Using File history

In my previous post I explained how to activate file history. You can find this post here.

Now that we have File history activated, what can we do with it? Well, we can, for instance, see what an older version of our document looked like. But, before we do that, let us first take a look at adding a folder to a library.

Adding folders to the library

If you want to, you can add your own folders to a library. You can choose between creating a new library, or add the folder to an existing library. Here is how to do it.

Start file manager, and navigate to the folder you want to add to the Library. In my case, I select the Travel folder.

using file history see folders

Right click the folder, and select “Show more options”.

show more options

Select “Include in library”.

include in library

Select “Create new library”. And that is all. A new Library is created with the name of the folder you selected.

using file history create new library

When you look at the Libraries in the left pane, you can see your folder is added.
If you do not see any Libraries like below, right click any empty white space in the left pane and select “Show Libraries”.

folder added to library

This is how easy it is to add folders to a Library.

If you want to delete a folder from the Library, simply right click the folder in the Libraries and select the Recycle Bin. Make sure you are in the Libraries folder, and have a backup.

How does File history work?

The simple way to explain this is to show you. I have created a text document in the documents folder. This folder is included in the file history backup. The file was empty when I created it, and I left it empty for a while. Then I added some text and saved the document.

Here is my document with some text in it, the size is 1 kb.

show document

What did the file look like earlier that day?

Right click the file, and select Properties. On the right side of the menu you can select the “Previous Versions” tab.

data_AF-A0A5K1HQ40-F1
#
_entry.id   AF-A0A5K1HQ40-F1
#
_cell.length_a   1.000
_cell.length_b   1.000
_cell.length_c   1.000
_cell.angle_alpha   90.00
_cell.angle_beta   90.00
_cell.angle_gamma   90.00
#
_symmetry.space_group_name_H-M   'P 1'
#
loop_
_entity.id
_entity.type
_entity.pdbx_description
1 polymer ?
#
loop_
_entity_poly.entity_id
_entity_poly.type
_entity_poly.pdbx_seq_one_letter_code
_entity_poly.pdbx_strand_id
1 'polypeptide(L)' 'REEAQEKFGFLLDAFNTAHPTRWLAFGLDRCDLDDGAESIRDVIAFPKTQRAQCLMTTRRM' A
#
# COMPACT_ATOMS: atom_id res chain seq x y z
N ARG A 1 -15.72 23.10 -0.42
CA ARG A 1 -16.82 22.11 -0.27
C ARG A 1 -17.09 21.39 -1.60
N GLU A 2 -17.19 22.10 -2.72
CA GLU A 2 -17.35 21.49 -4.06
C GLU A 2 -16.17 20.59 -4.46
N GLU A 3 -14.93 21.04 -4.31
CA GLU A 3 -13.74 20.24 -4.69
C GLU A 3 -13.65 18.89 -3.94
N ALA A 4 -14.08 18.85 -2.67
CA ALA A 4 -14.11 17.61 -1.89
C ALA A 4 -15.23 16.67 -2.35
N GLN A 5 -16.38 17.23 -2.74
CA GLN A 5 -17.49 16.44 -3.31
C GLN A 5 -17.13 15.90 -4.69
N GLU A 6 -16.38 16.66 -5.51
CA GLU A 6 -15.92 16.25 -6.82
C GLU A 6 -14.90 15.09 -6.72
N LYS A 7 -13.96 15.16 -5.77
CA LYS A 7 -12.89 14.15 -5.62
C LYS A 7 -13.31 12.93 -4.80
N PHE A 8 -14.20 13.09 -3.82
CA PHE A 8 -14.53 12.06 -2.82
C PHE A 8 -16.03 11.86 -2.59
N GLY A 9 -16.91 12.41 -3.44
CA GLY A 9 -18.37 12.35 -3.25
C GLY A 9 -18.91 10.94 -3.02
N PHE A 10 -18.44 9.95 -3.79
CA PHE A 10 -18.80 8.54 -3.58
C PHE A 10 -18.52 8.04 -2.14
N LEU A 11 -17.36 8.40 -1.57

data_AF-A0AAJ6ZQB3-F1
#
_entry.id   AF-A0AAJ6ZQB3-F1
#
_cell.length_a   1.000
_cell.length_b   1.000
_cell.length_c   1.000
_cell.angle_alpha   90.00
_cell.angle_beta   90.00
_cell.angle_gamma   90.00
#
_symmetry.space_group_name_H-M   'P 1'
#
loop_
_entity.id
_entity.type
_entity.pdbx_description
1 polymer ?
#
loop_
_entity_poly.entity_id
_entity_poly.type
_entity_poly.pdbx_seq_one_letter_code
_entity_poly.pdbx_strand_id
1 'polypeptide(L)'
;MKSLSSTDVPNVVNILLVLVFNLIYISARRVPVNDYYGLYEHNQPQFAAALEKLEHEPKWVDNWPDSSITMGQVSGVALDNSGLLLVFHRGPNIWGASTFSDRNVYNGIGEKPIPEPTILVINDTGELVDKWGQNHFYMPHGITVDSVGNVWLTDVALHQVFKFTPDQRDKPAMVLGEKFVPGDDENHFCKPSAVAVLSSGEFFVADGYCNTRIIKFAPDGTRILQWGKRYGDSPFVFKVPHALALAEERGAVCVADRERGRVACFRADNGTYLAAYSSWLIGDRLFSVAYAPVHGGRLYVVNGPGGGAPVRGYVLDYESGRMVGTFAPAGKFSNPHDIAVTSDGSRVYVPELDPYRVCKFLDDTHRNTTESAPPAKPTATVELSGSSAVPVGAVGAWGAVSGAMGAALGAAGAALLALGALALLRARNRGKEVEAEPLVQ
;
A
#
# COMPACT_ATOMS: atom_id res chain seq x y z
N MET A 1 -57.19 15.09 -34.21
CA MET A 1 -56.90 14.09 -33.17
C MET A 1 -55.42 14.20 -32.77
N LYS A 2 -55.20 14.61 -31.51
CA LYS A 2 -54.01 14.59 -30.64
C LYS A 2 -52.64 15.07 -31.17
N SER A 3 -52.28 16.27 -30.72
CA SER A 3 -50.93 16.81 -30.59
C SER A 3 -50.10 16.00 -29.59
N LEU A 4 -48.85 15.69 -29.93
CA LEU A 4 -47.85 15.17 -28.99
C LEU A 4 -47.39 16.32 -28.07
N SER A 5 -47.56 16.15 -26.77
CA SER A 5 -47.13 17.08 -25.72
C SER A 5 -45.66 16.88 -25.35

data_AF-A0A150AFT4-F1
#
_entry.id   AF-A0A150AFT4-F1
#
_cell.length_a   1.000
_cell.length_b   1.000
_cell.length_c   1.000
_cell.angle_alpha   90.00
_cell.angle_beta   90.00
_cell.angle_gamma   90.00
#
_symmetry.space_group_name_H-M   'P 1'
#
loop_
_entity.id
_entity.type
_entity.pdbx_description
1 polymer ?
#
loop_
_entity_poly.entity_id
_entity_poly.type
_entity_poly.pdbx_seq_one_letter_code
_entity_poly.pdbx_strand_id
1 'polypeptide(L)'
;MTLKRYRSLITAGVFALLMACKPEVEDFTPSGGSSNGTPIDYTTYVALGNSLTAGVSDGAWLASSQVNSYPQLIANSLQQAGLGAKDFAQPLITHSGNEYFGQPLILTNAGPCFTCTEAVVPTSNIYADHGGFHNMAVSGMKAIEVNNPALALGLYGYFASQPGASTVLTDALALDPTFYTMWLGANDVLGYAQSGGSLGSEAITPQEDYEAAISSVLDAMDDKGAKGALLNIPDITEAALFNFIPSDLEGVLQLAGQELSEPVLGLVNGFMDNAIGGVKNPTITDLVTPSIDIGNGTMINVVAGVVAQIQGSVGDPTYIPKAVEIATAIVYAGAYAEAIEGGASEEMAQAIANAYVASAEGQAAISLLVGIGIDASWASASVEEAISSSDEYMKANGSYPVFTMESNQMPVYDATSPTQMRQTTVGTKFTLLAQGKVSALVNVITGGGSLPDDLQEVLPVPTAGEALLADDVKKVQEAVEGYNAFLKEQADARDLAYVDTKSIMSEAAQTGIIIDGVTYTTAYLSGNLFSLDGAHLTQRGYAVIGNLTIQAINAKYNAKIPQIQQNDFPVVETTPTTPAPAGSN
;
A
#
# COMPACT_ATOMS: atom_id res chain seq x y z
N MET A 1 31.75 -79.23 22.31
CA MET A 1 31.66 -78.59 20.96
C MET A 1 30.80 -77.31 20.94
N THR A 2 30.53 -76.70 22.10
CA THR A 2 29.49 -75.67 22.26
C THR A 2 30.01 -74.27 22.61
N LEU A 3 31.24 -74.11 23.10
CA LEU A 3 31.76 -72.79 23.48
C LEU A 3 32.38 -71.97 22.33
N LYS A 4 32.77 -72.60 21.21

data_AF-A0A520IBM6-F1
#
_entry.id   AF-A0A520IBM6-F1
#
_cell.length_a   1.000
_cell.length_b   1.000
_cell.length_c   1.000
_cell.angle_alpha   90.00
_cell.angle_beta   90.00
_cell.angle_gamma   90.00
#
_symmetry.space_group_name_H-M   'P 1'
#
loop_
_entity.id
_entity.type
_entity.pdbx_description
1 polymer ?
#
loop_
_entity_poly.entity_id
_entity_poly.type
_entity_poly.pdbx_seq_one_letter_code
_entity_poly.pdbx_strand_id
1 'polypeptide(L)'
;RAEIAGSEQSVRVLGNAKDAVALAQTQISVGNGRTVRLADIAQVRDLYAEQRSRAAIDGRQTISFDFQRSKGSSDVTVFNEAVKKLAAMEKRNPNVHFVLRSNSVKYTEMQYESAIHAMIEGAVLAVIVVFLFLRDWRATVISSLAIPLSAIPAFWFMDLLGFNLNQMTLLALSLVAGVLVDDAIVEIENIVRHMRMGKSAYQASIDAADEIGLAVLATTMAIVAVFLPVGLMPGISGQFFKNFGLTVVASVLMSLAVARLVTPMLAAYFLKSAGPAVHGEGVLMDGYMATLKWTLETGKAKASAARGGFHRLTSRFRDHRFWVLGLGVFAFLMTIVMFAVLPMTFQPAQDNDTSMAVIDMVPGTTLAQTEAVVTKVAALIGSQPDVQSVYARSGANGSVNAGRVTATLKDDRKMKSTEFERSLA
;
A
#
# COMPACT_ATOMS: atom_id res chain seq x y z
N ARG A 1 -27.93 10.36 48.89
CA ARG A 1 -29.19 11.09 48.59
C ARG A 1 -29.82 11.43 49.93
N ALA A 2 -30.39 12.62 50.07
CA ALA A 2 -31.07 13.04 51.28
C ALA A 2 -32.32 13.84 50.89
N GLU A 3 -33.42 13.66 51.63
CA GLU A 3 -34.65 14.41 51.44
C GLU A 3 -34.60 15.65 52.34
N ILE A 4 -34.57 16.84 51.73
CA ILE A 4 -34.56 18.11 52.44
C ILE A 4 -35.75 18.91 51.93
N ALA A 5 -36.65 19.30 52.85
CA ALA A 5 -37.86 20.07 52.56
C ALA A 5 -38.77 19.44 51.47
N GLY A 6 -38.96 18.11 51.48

previous versions

When you click the “Previous Versions” tab, all copies made will be shown. In my case there is only one copy.

using file history view file history

If there are more copies they are listed here. Once you select the copy of your choice you get an option to open it, or restore it.

open and restore option

This is pretty self explaining. Open it opens the file, and Restore asks you if you want to keep both copies.

I opened the file, but since it is empty there is not much to show here.


Sometimes file history does not recognize the drive. This is a little strange, because the drive worked fine before I unplugged it.

not recognize drive

The good thing is that File history asks you to “Select another drive”. When you click that option you get a screen to select the drive of your choice.

using file history select drive

In my case, this is the same drive as before. I select it by clicking it, and the background turns blue.
Next click OK at the very bottom of the screen.
You can get a question if you want to move files. That is of course up to you.

moving files to drive

And sometimes I have to close all apps and start all over again. This is of course not the default behavior, it normally works just fine.

When you are setting this up, do not forget to check if it works. Always test solutions that you have to rely on. Also check your extra hard disk, see what is on it. If nothing happens you maybe have to confirm your extra hard drive.

Do not forget to check the previous version tab when you are using File history. Make sure your safety copies show up in there. And do not forget to take normal backups of your folders and files.

File history is not the same as Restore points. Restore points takes snapshots of system files, Library files are not included in it. You can find my post on Restore points here.

This brings us to the end of my post on using File history.

Thank you for taking the time to read my post on using File history.
I hope you found it enjoyable and insightful.
Stay tuned for more content that is coming soon.

If you like what you read, please consider sharing it with others who might find it helpful.


All tips and methods mentioned in this blog are tested on Windows 11. Please note that results may vary on other operating systems or versions of Windows. Adapt the instructions accordingly.


© 2024 Henny Staas/ Unauthorized use and/or duplication of this material without express and written permission from this site’s author and/or owner is strictly prohibited. Excerpts and links may be used, provided that full and clear credit is given to Henny Staas/ with appropriate and specific direction to the original content.




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